|How the Humble Sunflower Holds the Key to More-Efficient Solar Power|
Regular readers are well aware of concentrating solar power (CSP), the growing technology which uses the sun’s energy to heat fluid (not unlike a steam engine) rather than using photovoltaic cells to convert it directly to electricity. If you’re not up to speed, we recently published a quick primer on CSP and why it could be vital to tomorrow’s energy mix.
But every CSP installation requires hundreds of mirrors to catch the sun’s rays and direct them towards the central tower, where the fluid is stored. The problem is, those mirrors take up a lot of space. That’s why, so far, the majority of CSP installations have been in fairly out-of-town desert locations.
But, now, a team of researchers at MIT have come up with a way of packing the mirrors — known as heliostats — in more tightly, while still efficiently directing the sun’s rays to the central tower. And the solution takes its inspiration from a very appropriate source in nature — the sunflower.
At most CSP sites, the heliostats — typically several hundred of them, each the size of half a tennis court — are arranged in concentric circles. As MIT explains, “The spacing between mirrors is similar to the seats in a movie theater, staggered so that every other row is aligned. However, this pattern results in higher-than-necessary shadowing and blocking throughout the day, reducing the reflection of light from mirrors to the tower.” Good sunlight wasted, in other words.
Working with scientists at RWTH Aachen University in Germany, the MIT team — led by assistant professor Alexander Mitsos — developed a computer program to calculate the efficiency of various layouts of heliostats, and tested it using the details of a real-life CSP plant, the PS10 plant outside Seville, Spain. And they quickly discovered that the most efficient pattern closely resembled the buds in the center of a sunflower. We’ll let the boffins explain:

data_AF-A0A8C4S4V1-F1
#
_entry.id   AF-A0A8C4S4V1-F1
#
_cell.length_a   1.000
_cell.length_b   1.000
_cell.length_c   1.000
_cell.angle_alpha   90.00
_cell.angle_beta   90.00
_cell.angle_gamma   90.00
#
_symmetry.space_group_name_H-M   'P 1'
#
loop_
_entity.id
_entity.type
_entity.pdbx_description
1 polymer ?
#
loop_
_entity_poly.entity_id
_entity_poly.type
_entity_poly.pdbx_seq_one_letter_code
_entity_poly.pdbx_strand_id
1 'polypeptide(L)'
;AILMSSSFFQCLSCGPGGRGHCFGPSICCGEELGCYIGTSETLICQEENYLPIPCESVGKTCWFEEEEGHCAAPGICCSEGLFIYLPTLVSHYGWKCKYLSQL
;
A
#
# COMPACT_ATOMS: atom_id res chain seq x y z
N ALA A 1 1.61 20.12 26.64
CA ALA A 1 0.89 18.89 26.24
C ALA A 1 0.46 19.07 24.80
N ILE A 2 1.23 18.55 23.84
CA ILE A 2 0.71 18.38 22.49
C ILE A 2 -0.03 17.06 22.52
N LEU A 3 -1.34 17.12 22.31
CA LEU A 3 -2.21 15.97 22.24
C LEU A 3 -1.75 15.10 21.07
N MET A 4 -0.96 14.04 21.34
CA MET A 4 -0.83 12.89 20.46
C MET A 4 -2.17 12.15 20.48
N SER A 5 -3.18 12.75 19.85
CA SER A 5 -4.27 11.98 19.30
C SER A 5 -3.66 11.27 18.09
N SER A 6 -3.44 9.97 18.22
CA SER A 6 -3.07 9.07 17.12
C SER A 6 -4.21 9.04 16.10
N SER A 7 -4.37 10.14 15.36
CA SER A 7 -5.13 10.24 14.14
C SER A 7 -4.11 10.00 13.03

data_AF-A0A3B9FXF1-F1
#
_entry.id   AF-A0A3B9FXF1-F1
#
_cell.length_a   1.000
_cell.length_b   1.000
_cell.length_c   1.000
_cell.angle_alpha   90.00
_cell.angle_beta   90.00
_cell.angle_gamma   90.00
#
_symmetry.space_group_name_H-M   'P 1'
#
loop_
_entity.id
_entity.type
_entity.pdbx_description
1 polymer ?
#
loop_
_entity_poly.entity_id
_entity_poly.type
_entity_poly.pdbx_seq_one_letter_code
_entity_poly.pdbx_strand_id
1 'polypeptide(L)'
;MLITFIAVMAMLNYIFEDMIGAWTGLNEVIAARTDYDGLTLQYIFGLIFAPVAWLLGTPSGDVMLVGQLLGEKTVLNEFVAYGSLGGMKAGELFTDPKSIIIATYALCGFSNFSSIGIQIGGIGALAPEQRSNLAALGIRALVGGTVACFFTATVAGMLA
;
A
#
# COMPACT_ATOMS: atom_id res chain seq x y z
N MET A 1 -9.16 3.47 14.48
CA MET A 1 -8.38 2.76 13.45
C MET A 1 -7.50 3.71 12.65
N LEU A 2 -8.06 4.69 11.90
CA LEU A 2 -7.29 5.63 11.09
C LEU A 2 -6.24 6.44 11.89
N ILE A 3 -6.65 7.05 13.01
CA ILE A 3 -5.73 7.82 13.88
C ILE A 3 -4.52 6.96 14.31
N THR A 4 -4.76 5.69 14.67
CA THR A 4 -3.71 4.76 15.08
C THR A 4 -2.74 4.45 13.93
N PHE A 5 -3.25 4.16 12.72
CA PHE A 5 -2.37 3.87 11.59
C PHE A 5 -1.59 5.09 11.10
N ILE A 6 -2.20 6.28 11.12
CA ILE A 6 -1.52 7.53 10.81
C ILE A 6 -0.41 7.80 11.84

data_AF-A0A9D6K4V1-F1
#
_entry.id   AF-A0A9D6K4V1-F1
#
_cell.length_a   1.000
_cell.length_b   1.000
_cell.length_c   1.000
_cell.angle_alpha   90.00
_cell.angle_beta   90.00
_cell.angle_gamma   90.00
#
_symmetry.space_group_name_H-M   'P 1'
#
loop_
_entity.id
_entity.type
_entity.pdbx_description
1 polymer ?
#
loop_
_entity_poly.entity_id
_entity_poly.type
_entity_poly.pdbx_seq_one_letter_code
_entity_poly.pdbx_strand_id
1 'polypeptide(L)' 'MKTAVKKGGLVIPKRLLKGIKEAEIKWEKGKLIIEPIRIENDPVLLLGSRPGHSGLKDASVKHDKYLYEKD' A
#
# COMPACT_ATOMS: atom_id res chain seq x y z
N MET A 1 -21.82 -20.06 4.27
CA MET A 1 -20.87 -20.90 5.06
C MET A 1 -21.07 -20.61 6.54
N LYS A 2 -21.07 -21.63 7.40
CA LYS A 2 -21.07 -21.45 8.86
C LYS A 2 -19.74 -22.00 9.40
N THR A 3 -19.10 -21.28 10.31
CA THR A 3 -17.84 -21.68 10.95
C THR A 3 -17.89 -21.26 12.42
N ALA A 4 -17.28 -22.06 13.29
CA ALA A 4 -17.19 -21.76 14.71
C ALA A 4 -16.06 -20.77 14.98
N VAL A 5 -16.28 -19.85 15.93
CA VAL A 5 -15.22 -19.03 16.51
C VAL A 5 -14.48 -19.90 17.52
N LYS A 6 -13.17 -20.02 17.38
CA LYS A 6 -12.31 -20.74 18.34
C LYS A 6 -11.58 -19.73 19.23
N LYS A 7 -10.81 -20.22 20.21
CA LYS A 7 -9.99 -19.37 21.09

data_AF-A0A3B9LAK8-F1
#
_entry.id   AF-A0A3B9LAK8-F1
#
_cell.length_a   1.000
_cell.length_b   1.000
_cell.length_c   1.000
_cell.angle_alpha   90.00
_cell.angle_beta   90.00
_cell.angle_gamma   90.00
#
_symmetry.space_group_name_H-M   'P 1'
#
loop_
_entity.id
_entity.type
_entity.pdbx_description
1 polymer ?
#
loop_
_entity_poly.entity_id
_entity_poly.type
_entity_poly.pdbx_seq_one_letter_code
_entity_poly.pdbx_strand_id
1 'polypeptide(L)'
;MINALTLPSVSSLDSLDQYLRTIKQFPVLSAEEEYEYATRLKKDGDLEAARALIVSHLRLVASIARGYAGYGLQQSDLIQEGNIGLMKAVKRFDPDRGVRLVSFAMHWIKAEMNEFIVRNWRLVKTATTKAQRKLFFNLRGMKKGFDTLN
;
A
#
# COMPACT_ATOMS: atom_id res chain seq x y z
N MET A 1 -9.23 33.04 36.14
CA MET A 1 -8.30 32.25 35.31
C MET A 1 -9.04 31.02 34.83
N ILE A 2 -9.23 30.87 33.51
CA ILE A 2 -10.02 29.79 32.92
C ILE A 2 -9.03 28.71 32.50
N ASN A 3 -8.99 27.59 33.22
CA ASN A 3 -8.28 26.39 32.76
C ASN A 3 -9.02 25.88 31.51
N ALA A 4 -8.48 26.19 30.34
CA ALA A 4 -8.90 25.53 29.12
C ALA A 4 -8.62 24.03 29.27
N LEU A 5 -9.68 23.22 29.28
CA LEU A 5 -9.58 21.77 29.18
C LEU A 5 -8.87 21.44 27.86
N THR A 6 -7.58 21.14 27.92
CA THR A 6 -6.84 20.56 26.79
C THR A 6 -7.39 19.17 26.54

The florets of a sunflower are arranged in a spiraling pattern, known as a Fermat spiral, that appears in many natural objects and has long fascinated mathematicians: The ancient Greeks even applied the patterns to buildings and other architectural structures. Mathematicians have found that each sunflower floret is turned at a “golden angle” — about 137 degrees — with respect to its neighboring floret.
The researchers devised a spiral field with its heliostats rearranged to resemble a sunflower, with each mirror angled about 137 degrees relative to its neighbor. The numerically optimized layout takes up 20 percent less space than the PS10 layout. What’s more, the spiral pattern reduced shading and blocking and increased total efficiency compared with PS10’s radially staggered configuration.
Remember, its’ not the petals we’re talking about, it’s the florets. A quick Google Image Search will give you the idea.
The MIT folks aren’t clear yet on exactly how much energy efficiency will be improved using this method, as it’s yet to be tried out on a real-life CSP installation. (Would you be willing to move 600 giant mirrors around for an experiment?) But they do predict space savings of around 20% compared to a radial layout, with at least some increase in power generation, which sounds pretty cool to us. So, hopefully, we’ll see commercial CSP plants adopting this layout in the near future. After all, if we’re really going to carpet the entire Sahara with CSP installations, we might as well pack ‘em in as efficiently as possible.
Source: GO MEDIA: Writen by RAV CASLEY GERA - Picture: WikiMedia Commons